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README.md

CD-ROM MODE1/2048 to MODE2/2352 converter

This LuaJIT program will convert a CD image file recorded with 2048 bytes per sector (typically with the .iso extension, though not necessarily), into a CD-XA Mode 2 image with 2352 bytes per sector.

However, only the error detection codes will be regenerated. The error correction codes won't be. This means that in case of read errors, the reader will be unable to correct them. For this reason:

IT IS NOT RECOMMENDED TO USE THE RESULTING IMAGE FOR BURNING A CD.

The program needs LuaJIT. Both 2.0.4 or 2.1.0-beta3 have been verified to work. You need at least ~1 GB free memory, as the CD is loaded into memory. It uses some FFI features.

Usage

luajit mode1to2.lua <input_file> <output_file>

Uses

This was made in order to use a homebrew PlayStation® CD image which was recorded in MODE1/2048 format, with the Mednafen emulator, which requires it in MODE2/2352 format and with the right CRC values.

You may find some other use for it. Good luck!

Performance

In my system, it takes about 3.5 seconds to convert a 700 MB image, when the image is fully cached and the destination is an SSD drive.

Extra information

This utility sets the XA submode of the sectors as follows:

  • Sectors 12 to 15 are marked as FORM 2. The FORM 2 format is not respected, though, as the CRC is written at the wrong offset.
  • Sector 16 is marked as FORM 1, DATA and EOR.
  • All other sectors are marked as FORM 1, DATA.

I have not managed to find a specification of CD-ROM XA that details the meaning of the submode bits in the XA mode 2 subheader. The information I have on these bits comes only from the Mednafen source code. I have no idea what EOR is for, but it's that way in a PlayStation original CD, therefore I made it that way. And the resulting image works with Mednafen, which was my goal, so yay.

Why LuaJIT?

This is a complex question that can be divided into multiple subquestions.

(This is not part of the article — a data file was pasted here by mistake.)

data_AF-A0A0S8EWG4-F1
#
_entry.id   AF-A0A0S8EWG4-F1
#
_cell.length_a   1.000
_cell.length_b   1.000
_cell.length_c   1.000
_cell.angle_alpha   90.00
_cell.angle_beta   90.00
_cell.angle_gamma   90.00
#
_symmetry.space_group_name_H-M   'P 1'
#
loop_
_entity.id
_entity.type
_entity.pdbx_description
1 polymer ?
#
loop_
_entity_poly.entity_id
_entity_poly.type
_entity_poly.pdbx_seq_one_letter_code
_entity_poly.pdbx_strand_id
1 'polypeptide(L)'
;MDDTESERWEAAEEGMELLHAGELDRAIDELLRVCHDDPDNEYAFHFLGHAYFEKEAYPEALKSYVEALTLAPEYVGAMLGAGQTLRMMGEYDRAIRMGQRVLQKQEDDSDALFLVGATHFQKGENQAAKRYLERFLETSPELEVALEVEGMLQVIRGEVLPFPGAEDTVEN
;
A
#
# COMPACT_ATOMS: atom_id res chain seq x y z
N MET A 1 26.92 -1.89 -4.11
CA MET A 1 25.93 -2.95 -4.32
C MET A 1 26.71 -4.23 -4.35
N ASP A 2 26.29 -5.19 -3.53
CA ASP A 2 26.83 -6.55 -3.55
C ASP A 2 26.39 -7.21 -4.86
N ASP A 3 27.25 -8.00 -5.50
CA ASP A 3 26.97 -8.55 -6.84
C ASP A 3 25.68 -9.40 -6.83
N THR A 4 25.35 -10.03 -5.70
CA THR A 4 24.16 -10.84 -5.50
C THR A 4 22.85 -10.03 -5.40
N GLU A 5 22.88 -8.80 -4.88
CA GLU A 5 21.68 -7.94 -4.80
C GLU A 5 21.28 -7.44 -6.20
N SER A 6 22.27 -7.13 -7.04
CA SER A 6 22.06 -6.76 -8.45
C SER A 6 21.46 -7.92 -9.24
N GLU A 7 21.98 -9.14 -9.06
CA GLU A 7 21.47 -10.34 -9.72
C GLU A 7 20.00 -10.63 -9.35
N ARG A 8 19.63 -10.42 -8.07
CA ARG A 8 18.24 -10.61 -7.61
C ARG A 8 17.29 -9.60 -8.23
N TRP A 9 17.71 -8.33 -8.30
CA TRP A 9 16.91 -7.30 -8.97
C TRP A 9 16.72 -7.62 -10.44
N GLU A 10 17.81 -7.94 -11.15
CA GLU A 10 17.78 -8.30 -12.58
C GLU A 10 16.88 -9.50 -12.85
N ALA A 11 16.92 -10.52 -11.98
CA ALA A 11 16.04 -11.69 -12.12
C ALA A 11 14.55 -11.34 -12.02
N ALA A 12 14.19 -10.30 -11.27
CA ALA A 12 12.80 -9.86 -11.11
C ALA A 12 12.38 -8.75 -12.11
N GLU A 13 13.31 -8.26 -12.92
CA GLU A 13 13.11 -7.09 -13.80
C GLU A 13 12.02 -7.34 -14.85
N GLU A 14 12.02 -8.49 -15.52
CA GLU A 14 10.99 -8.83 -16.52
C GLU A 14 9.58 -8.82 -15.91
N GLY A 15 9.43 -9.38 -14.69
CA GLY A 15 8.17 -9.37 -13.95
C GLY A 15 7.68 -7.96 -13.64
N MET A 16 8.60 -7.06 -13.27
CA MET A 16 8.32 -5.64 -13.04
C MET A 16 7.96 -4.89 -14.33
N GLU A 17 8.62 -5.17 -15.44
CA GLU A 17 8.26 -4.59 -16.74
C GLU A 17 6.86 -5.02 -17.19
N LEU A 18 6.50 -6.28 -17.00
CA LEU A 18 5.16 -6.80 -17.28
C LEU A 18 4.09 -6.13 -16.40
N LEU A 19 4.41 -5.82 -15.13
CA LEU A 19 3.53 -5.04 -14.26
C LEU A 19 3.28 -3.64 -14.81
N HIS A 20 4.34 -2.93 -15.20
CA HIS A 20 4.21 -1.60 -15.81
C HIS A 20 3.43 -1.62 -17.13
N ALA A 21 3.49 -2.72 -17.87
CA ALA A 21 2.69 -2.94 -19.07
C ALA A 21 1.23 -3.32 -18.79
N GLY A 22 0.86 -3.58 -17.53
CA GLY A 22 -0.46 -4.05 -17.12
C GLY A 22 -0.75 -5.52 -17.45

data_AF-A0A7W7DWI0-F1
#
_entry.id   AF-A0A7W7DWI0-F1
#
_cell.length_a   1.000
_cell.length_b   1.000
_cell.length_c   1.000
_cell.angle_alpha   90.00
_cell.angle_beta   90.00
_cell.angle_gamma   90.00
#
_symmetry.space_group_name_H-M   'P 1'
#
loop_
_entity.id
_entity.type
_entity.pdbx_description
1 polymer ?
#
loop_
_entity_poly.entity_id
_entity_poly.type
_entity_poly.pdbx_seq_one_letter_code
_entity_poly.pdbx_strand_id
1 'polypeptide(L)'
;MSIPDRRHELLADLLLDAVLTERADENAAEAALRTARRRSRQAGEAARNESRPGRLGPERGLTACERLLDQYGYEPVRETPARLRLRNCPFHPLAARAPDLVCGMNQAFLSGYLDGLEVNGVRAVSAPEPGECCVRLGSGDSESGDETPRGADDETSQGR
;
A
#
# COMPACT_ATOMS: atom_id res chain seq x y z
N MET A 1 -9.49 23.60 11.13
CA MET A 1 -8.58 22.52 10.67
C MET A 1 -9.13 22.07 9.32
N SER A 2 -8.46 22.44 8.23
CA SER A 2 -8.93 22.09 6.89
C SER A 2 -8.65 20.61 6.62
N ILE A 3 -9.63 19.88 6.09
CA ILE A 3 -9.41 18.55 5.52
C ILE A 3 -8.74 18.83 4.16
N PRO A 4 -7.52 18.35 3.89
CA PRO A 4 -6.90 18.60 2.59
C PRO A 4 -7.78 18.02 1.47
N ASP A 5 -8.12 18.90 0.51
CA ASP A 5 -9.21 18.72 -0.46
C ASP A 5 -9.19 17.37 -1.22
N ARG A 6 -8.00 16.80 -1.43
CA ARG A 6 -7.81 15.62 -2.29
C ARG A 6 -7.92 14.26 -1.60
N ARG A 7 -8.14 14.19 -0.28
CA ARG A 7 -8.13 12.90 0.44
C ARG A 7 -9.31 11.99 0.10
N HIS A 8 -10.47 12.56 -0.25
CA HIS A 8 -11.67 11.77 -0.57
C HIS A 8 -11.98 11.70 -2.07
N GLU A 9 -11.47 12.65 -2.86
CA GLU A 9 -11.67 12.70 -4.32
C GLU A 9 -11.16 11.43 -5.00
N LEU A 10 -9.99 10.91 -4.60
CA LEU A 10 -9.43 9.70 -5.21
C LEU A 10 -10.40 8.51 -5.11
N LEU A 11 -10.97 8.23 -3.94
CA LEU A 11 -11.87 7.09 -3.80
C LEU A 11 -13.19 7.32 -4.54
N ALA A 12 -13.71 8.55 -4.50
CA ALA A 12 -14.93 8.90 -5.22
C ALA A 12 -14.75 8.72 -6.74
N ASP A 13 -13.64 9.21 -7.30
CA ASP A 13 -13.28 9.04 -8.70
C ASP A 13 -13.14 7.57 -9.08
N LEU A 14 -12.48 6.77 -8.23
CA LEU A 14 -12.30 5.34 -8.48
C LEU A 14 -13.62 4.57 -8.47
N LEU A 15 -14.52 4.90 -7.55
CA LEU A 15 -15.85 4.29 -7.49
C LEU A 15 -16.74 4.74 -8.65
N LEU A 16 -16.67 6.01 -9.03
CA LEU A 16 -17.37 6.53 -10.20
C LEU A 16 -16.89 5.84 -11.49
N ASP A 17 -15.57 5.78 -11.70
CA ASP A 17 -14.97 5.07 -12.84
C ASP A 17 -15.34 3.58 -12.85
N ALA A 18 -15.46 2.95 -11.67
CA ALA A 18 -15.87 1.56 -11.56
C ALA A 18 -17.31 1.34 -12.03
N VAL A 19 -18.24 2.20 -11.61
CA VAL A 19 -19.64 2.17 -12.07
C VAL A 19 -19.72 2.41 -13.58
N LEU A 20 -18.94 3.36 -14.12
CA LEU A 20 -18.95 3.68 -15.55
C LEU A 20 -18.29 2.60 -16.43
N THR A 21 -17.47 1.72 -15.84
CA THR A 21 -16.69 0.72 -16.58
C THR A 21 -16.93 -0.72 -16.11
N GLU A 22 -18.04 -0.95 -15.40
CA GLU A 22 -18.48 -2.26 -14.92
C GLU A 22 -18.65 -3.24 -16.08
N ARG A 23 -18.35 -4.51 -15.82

Why not C/C++/any other language compiled to native code?

Reason 1: I don't trust binaries except from very few sources (like the Debian repository), and for the sake of those like me, I don't want to impose a binary.

Reason 2: I don't have the time or the means to compile it for every possible platform.

Why not Java/C#/any other language compiled to intermediate code?

In compiled form: See Reason 1 above.

In source form: Are you seriously telling me that I should tell everyone to compile it themselves?

Ok, so interpreted. Why not Python/Scheme/any other interpreted language?

I wrote the first version in Python. It took 1 minute 15 seconds to process the disk after I added the CRC code, and that's when I rewrote it in LuaJIT. So in other words: performance.

Later I tested my program with PyPy. It took ~6 seconds. It didn't occur to me to test it before the rewrite, because my past experience with PyPy has been that it rarely makes a really significant difference, of the kind that Lua vs LuaJIT consistently does. PyPy's speed seems to be very sensitive to the task at hand or the algorithms employed, and I have no idea how to write PyPy-friendly code; I'm far better at writing LuaJIT-friendly code. Anyway, in this case I would probably not have written the LuaJIT version if I tested it with PyPy first.

Additionally, PyPy is heavyweight compared to LuaJIT. For that reason, the requirement of installing it in order to run the program will deter more people than requiring installation of LuaJIT.

And what about JavaScript?

Only asm.js is fast enough to rival with LuaJIT's speed, and asm.js is a pain to write, or to read, for the matter.

Finally, why LuaJIT?

LuaJIT together with FFI provides means for writing programs that run at a speed just about 1/2 that of native C. Of the interpreted languages I know, only asm.js may be faster, and that's not an option for the aforementioned reasons.